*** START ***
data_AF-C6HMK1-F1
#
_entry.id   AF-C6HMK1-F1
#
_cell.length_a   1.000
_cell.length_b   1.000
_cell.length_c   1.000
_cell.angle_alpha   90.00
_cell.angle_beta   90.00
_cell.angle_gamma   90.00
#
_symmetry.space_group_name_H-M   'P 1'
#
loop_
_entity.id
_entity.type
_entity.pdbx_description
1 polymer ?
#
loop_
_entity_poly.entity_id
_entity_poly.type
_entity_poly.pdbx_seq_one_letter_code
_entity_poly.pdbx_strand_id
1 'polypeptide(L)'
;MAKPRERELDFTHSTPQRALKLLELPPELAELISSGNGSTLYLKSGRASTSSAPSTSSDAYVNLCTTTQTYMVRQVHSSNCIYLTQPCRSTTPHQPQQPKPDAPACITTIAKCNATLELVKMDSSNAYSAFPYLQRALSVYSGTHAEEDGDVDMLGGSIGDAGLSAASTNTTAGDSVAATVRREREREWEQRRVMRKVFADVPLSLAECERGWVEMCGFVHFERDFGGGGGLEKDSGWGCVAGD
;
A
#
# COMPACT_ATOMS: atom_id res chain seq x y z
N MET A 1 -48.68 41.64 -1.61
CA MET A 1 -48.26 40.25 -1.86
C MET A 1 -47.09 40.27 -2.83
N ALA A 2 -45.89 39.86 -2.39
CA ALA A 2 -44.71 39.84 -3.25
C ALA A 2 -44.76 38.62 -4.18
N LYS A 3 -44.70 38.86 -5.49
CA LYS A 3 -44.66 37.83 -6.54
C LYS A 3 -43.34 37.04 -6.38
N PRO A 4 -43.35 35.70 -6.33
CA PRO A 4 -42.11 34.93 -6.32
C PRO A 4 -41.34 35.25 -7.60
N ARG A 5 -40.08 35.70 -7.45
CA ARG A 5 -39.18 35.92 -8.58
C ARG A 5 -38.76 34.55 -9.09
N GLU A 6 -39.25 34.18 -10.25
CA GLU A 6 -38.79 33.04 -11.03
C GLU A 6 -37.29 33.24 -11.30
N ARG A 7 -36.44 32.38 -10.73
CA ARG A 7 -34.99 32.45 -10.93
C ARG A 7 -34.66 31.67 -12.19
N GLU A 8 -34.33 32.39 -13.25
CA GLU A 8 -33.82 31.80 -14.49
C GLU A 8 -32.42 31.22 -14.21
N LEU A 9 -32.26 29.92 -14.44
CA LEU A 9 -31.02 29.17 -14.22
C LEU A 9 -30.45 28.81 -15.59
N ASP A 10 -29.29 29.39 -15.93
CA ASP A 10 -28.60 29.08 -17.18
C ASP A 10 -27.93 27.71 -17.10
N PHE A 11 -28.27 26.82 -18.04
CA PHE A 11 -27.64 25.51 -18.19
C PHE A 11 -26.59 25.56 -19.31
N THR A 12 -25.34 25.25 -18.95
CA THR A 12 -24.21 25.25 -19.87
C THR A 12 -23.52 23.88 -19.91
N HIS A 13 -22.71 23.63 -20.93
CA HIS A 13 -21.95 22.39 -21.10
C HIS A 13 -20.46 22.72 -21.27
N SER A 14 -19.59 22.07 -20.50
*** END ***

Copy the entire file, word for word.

data_AF-C6HMK1-F1
#
_entry.id   AF-C6HMK1-F1
#
_cell.length_a   1.000
_cell.length_b   1.000
_cell.length_c   1.000
_cell.angle_alpha   90.00
_cell.angle_beta   90.00
_cell.angle_gamma   90.00
#
_symmetry.space_group_name_H-M   'P 1'
#
loop_
_entity.id
_entity.type
_entity.pdbx_description
1 polymer ?
#
loop_
_entity_poly.entity_id
_entity_poly.type
_entity_poly.pdbx_seq_one_letter_code
_entity_poly.pdbx_strand_id
1 'polypeptide(L)'
;MAKPRERELDFTHSTPQRALKLLELPPELAELISSGNGSTLYLKSGRASTSSAPSTSSDAYVNLCTTTQTYMVRQVHSSNCIYLTQPCRSTTPHQPQQPKPDAPACITTIAKCNATLELVKMDSSNAYSAFPYLQRALSVYSGTHAEEDGDVDMLGGSIGDAGLSAASTNTTAGDSVAATVRREREREWEQRRVMRKVFADVPLSLAECERGWVEMCGFVHFERDFGGGGGLEKDSGWGCVAGD
;
A
#
# COMPACT_ATOMS: atom_id res chain seq x y z
N MET A 1 -48.68 41.64 -1.61
CA MET A 1 -48.26 40.25 -1.86
C MET A 1 -47.09 40.27 -2.83
N ALA A 2 -45.89 39.86 -2.39
CA ALA A 2 -44.71 39.84 -3.25
C ALA A 2 -44.76 38.62 -4.18
N LYS A 3 -44.70 38.86 -5.49
CA LYS A 3 -44.66 37.83 -6.54
C LYS A 3 -43.34 37.04 -6.38
N PRO A 4 -43.35 35.70 -6.33
CA PRO A 4 -42.11 34.93 -6.32
C PRO A 4 -41.34 35.25 -7.60
N ARG A 5 -40.08 35.70 -7.45
CA ARG A 5 -39.18 35.92 -8.58
C ARG A 5 -38.76 34.55 -9.09
N GLU A 6 -39.25 34.18 -10.25
CA GLU A 6 -38.79 33.04 -11.03
C GLU A 6 -37.29 33.24 -11.30
N ARG A 7 -36.44 32.38 -10.73
CA ARG A 7 -34.99 32.45 -10.93
C ARG A 7 -34.66 31.67 -12.19
N GLU A 8 -34.33 32.39 -13.25
CA GLU A 8 -33.82 31.80 -14.49
C GLU A 8 -32.42 31.22 -14.21
N LEU A 9 -32.26 29.92 -14.44
CA LEU A 9 -31.02 29.17 -14.22
C LEU A 9 -30.45 28.81 -15.59
N ASP A 10 -29.29 29.39 -15.93
CA ASP A 10 -28.60 29.08 -17.18
C ASP A 10 -27.93 27.71 -17.10
N PHE A 11 -28.27 26.82 -18.04
CA PHE A 11 -27.64 25.51 -18.19
C PHE A 11 -26.59 25.56 -19.31
N THR A 12 -25.34 25.25 -18.95
CA THR A 12 -24.21 25.25 -19.87
C THR A 12 -23.52 23.88 -19.91
N HIS A 13 -22.71 23.63 -20.93
CA HIS A 13 -21.95 22.39 -21.10
C HIS A 13 -20.46 22.72 -21.27
N SER A 14 -19.59 22.07 -20.50